Monday, September 08, 2008

Beyond Flexible Working

Since the turn of the 21st Century we have seen a massive growth in interest in new working practices generally under the umbrella of ‘Flexible Working’. The topic has moved from being a curiosity to being a part of business strategy and from an HR issue to being the concern of all managers. But despite that evolution, flexible working is still seen as an employee benefit alongside maternity leave and other ‘family friendly’ policies. This situation is endorsed by UK legislation that gives the ‘right to request’ flexible working to parents of young children and carers for other dependents.

So ‘normal’ working patterns are still seen to be a version of the ‘fixed time and place’ model established in the Industrial revolution and perfected over the next 200 years. ‘Flexible Working’ is something that is by definition abnormal since people have to request to change to it from their existing pattern. Granting this privilege is therefore seen as a management responsibility and the UK legislation very kindly gives employers a whole list of reasons they can use for turning down an employee’s request. So there is still a fundamental assumption in our approach to work, that it has to be done at a time and place dictated by an employer and that some flexibility may be generously given to employees if the management chooses to do so.

The model of work that we are still using today is essentially based on time. If you give me your time to perform a job, I will reward you per hour. If you are a ‘part-time’ person and work less than the normal hours you will be rewarded pro-rata. In many business cultures it is expected that people will work much longer that the contracted hours and are seen to be ‘loyal’, ‘dedicated’ and ‘hard working’ so they consequently get recognised, rewarded and promoted. What we are doing is rewarding effort rather than rewarding outcomes.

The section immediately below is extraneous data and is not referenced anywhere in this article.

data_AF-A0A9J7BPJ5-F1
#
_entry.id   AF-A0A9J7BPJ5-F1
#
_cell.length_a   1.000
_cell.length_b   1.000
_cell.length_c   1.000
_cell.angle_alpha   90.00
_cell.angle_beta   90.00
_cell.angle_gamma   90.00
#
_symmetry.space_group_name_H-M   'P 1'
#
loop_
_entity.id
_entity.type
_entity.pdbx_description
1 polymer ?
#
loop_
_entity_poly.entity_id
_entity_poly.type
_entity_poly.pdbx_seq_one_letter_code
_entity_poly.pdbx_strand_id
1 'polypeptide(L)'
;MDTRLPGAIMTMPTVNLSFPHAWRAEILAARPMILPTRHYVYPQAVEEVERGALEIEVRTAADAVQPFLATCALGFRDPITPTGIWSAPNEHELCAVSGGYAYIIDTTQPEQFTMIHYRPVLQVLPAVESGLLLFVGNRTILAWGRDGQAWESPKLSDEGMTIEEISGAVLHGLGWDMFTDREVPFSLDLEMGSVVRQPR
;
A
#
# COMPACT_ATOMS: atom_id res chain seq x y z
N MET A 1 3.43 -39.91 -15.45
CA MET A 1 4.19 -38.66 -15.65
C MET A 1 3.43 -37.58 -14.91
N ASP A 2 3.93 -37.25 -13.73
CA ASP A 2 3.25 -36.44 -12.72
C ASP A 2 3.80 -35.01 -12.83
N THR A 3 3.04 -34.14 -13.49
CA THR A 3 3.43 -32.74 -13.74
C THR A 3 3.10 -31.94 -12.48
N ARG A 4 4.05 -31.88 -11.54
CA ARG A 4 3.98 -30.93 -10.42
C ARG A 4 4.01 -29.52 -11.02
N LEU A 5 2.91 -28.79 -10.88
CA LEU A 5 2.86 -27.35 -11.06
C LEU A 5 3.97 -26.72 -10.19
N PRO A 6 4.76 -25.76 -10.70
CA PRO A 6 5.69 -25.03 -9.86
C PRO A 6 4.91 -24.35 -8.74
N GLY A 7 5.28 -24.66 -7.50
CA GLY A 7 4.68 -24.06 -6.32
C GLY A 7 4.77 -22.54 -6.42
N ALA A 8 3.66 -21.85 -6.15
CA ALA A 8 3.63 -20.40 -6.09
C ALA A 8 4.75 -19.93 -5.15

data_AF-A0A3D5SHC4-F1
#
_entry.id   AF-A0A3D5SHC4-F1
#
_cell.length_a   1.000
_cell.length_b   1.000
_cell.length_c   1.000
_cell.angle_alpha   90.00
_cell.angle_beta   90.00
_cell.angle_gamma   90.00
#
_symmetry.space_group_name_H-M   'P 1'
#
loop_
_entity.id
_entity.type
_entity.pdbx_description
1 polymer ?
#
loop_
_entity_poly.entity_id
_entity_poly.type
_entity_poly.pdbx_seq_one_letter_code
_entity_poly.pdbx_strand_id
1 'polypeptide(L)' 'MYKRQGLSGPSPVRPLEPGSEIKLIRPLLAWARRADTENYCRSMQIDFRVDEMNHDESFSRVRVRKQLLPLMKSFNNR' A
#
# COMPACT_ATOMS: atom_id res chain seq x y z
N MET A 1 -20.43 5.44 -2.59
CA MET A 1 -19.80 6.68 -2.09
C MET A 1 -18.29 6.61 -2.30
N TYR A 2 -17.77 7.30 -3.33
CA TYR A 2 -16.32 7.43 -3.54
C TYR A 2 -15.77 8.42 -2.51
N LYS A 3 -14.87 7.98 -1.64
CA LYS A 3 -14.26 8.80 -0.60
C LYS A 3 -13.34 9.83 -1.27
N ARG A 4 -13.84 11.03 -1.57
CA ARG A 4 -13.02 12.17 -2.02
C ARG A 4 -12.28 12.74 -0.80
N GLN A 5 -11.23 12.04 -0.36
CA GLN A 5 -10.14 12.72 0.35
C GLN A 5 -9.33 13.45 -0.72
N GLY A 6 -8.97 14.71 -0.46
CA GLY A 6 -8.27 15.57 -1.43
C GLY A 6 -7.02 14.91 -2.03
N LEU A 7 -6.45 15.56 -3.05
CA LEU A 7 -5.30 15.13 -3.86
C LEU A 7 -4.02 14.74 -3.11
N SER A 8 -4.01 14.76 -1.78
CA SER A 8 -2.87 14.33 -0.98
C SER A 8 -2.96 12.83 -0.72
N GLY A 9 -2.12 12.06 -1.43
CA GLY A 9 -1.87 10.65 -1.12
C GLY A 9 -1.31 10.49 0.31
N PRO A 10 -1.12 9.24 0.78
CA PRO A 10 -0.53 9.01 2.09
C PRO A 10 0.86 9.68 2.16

Paying people by the hour is the opposite of rewarding productivity. If you work slowly to perform a task you will get paid more than if you work quickly. If my solicitor takes 2 hours to sort out my legal problem I pay her twice as much as one who fixes it in an hour. If my plumber takes three hours to fix a leak he gets paid more than the efficient one who does it in an hour. We even encourage people to slow down their rate of work during ‘normal’ hours so a job runs over into ‘unsocial’ hours and we pay a higher rate to compensate. When people are paid for a fixed number of hours per week, as is the situation for the vast majority of employees, working efficiently and completing tasks quickly simply results in being given more to do to fill up the hours.

So whilst the current trend towards ‘flexible working’ is a step towards a more sensible approach to work it still misses a fundamental point. Who is responsible for getting work done? If management divides work into jobs and allocates them to people in return for a number of hours of their labour we stay with the current ‘industrial age’ model of work. If a group of people agree what they are going to achieve then each carry out the tasks necessary to provide the results required, we have a different view of work more appropriate for the ‘information age’. So by allowing individuals to take responsibility for producing results and rewarding them for outputs not inputs we have a new approach to work. This ‘Results Only Work Environment’ or ROWE for short, has been adopted very successfully by Best Buy, a Fortune 100 company employing 140,000 people worldwide. This proves that this is not just a fad amongst a few small companies but is a serious business strategy with outstanding results.

For more information about the Best Buy experience read the book 'Why Work Sucks and How to Fix it' by Cali Ressler and Jody Thompson


Peter said...

An interesting proposition, that has seen some light in consulting where the reward is for results and not duration of effort ( focusing on outcomes rather than output ).
Of course, in order to make this approach effective you need to separate the hours for wage consideration and link the wage to the outcomes expected of the role. Thus, delivering the outcome in a 1/4 of the time wont cause the anticipated reaction of cutting the resources for the work or reducing the reward to achieve the pro-rata calculation that afflicts industrial age management.
I will, of course, need to read the book to appreciate how they addressed this challenge

Ben Maynard said...

Interesting insight into attitudes to flexible working. We are looking into this in some depth in the next installment of the Working Nation research . Could this 'model' lie behind the widespread distrust of flexible working felt by managers - that flexible working was a perk rather than a way of getting stuff done more efficiently